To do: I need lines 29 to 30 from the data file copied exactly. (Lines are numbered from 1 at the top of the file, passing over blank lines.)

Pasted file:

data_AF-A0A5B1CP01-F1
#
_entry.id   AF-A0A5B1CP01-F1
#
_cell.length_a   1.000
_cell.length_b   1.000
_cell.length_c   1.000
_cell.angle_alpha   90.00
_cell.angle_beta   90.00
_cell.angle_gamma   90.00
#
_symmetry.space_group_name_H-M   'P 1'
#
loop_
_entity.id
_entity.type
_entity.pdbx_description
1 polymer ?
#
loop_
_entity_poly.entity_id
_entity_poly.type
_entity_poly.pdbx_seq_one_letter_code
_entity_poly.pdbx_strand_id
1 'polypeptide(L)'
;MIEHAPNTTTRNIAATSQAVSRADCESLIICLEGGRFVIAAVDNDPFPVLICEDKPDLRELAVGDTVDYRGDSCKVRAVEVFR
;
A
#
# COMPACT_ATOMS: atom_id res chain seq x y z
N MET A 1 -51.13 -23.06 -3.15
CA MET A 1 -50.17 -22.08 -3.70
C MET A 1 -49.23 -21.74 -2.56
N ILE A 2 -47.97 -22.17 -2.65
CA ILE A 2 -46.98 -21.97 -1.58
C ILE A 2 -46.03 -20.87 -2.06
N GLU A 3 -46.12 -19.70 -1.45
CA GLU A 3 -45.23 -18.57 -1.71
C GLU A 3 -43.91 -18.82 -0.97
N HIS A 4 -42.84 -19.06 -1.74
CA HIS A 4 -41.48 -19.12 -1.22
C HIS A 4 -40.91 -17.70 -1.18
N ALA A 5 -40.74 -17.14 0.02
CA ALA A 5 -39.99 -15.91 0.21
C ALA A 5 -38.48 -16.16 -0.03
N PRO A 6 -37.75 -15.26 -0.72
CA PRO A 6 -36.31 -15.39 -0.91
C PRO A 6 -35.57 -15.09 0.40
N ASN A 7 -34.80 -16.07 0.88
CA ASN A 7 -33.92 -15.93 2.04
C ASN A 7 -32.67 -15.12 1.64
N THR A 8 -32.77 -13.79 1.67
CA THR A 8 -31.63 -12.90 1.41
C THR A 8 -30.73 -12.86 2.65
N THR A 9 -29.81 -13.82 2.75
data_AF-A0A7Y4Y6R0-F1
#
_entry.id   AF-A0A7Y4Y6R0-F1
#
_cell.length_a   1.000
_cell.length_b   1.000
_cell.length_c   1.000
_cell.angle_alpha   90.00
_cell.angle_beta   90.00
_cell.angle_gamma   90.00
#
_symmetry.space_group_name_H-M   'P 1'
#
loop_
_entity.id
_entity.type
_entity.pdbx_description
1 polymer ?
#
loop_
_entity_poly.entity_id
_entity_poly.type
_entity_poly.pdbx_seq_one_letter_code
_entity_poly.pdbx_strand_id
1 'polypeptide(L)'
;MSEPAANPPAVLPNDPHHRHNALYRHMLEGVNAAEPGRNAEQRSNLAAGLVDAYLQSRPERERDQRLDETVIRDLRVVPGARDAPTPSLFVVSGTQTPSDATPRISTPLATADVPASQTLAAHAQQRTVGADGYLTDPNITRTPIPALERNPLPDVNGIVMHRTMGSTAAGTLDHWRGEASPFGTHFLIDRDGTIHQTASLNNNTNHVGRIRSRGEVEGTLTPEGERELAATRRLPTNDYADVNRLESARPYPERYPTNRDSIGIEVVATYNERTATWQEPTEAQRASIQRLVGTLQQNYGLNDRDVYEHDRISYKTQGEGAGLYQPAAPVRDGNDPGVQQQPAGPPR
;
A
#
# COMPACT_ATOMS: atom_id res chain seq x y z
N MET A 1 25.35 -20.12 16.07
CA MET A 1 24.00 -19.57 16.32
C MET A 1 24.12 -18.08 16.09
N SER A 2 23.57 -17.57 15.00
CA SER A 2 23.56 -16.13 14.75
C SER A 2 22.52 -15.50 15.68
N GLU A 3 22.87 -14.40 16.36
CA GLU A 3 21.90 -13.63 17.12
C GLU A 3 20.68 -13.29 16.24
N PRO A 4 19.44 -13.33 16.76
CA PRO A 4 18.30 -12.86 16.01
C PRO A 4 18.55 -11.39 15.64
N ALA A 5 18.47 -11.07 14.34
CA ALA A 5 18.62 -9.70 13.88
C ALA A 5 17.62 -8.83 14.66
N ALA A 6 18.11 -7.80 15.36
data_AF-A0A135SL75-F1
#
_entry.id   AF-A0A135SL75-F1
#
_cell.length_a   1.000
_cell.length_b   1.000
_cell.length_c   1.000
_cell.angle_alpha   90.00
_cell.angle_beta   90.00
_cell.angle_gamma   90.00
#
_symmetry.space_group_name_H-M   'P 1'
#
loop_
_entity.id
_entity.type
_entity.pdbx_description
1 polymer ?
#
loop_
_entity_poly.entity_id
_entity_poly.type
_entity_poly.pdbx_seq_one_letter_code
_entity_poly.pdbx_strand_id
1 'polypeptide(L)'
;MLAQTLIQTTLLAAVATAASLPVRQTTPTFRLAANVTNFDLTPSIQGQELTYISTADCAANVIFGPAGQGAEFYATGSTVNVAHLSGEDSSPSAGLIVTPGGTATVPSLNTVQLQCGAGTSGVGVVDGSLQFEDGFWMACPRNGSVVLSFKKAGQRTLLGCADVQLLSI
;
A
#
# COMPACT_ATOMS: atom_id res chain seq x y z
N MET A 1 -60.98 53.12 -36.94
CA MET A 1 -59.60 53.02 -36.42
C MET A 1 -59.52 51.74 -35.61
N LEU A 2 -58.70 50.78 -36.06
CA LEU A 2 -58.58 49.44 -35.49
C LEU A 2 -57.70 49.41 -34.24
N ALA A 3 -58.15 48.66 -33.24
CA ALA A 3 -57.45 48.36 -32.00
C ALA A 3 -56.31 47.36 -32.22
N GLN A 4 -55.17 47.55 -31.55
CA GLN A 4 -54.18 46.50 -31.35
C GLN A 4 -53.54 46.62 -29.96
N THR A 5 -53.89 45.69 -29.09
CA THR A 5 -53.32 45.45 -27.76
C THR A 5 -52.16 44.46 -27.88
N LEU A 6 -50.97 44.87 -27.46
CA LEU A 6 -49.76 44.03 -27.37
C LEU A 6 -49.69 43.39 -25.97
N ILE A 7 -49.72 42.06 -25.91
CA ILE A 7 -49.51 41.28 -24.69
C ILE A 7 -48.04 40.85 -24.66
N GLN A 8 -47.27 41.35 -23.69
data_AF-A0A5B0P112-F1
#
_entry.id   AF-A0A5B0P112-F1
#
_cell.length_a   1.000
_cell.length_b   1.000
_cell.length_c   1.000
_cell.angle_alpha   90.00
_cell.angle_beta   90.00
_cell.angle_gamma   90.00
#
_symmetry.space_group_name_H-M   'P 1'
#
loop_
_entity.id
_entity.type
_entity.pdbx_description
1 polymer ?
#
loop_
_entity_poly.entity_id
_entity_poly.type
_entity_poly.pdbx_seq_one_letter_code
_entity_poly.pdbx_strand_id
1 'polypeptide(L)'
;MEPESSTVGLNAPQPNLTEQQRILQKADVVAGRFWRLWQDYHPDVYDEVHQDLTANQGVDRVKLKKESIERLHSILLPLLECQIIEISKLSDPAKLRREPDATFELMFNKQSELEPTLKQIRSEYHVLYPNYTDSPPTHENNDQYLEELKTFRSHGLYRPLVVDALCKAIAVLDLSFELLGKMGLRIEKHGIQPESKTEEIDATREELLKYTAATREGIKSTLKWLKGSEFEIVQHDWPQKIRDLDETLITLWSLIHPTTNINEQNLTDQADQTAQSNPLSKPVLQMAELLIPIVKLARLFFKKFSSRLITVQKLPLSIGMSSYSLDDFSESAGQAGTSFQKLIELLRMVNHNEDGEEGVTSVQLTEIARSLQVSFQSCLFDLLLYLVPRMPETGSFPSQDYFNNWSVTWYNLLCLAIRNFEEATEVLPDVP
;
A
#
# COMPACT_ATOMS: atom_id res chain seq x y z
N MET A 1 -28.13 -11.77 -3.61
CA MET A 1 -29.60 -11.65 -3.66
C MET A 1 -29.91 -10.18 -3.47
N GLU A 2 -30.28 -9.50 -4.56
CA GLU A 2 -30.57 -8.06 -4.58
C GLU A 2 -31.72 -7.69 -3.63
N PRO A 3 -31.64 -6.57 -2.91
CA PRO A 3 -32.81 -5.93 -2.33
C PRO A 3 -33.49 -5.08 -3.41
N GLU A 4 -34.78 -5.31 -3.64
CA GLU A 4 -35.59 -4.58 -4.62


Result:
#
# COMPACT_ATOMS: atom_id res chain seq x y z